First, the pandemic struck, leading to health crises and job uncertainty for many in our area. Now, we’re seeing the effects of a challenging economy, with rising costs of goods and services.
It’s all taking a toll on utility customers. The number of requests that Metropolitan Utilities District and Omaha Public Power District are receiving for utility assistance is double from couple of years ago.
“Despite generous donations from the community to utility assistance programs, there has not been enough funding to keep up with requests for help,” said Britton Gabel, manager of Customer Advocacy Programs for OPPD.
In an effort to try to meet that need, the utilities took a bold step, raising the fundraising goal for their annual Heat the Streets Run & Walk for Warmth to $300,000 – triple last year’s goal. The event, which raises money for utility bill assistance programs, took place March 5. It began and ended in Omaha’s Aksarben Village.
This year’s events raised more than $150,000. While only half of the utilities’ lofty goal, it’s still higher than the $103,000 raised in 2021, when the event was held virtually because of the pandemic.
Sarah Lake, among this year’s 639 participants, was “thrilled” to return to an in-person 5k.
“The training is a great excuse to keep up the exercise routine in the winter,” she said. “And the great cause of supporting neighbors in need makes it all the more worthwhile.”
Funds raised are administered by Dollar Energy Fund, a registered 501(c)(3) nonprofit that serves low-income utility customers. Funds are equally distributed between M.U.D.’s Home Fund and OPPD’s Energy Assistance Program.
Dollar Energy works with 26 local entities to provide financial assistance for utility bills to our neighbors in need. Help is available throughout the 13 counties the utilities serve.
In total, M.U.D.’s Home Fund dispersed $186,260 in assistance to 544 households in 2022, and OPPD’s Energy Assistance Program dispersed a total of $303,360 to 929 households.
“This unique event is a terrific example of both inter-agency teamwork and community generosity,” said Salvation Army Major Greg Thompson, Western Division commander.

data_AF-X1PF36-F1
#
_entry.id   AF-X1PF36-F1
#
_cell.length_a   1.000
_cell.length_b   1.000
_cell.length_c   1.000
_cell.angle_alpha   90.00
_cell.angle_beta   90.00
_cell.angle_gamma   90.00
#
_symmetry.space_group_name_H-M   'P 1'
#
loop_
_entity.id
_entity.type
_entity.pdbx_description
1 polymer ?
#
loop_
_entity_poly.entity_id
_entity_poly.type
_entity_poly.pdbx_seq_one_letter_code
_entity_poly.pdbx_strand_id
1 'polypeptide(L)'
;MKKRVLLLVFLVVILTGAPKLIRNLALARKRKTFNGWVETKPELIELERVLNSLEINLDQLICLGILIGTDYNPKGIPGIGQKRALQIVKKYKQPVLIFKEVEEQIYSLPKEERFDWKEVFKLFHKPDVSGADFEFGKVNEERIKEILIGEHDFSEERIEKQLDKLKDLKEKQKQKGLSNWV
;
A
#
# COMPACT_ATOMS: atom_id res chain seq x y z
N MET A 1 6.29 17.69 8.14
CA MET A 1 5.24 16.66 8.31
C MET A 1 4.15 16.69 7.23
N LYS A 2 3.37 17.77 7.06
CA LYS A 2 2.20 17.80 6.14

The Salvation Army and other partner organizations say the importance of energy assistance programs cannot be underestimated.
“Requests for help with utility payments represent 21% of the calls we receive into our 211 Helpline,” said Shawna Forsberg. Forsberg is president and CEO of United Way of the Midlands, one of the utilities’ partner agencies.
Craig Moody, an OPPD board member who co-chaired the event, said many of those seeking help have never been in this position before.
“We don’t want them to have to choose between keeping their utilities on and getting groceries or prescriptions,” he said.
Often, those seeking help just need a one-time boost, to help them get back on their feet, said Suzi Peklo. Peklo is the director of Family Strengthening for Catholic Charities.
“When customers call us, it opens a door of opportunity for us to help them in other areas of their lives,” Peklo said. Those other areas include job training, food pantries, home repair help, education and more.
“Everyone who supported the event can feel good knowing that 100% of their contribution will go to help our friends, family and neighbors,” said Megan Walter, Customer Experience manager at M.U.D. “We look forward to seeing everyone again next year.”
Both utilities urge those who are struggling with their bills to call customer service representatives and talk through their options. For OPPD, that number is 402-536-4131 in the Omaha area. Outside of the metro, customers may call toll-free at 877-536-4131. M.U.D. customers should call 402-554-6666.
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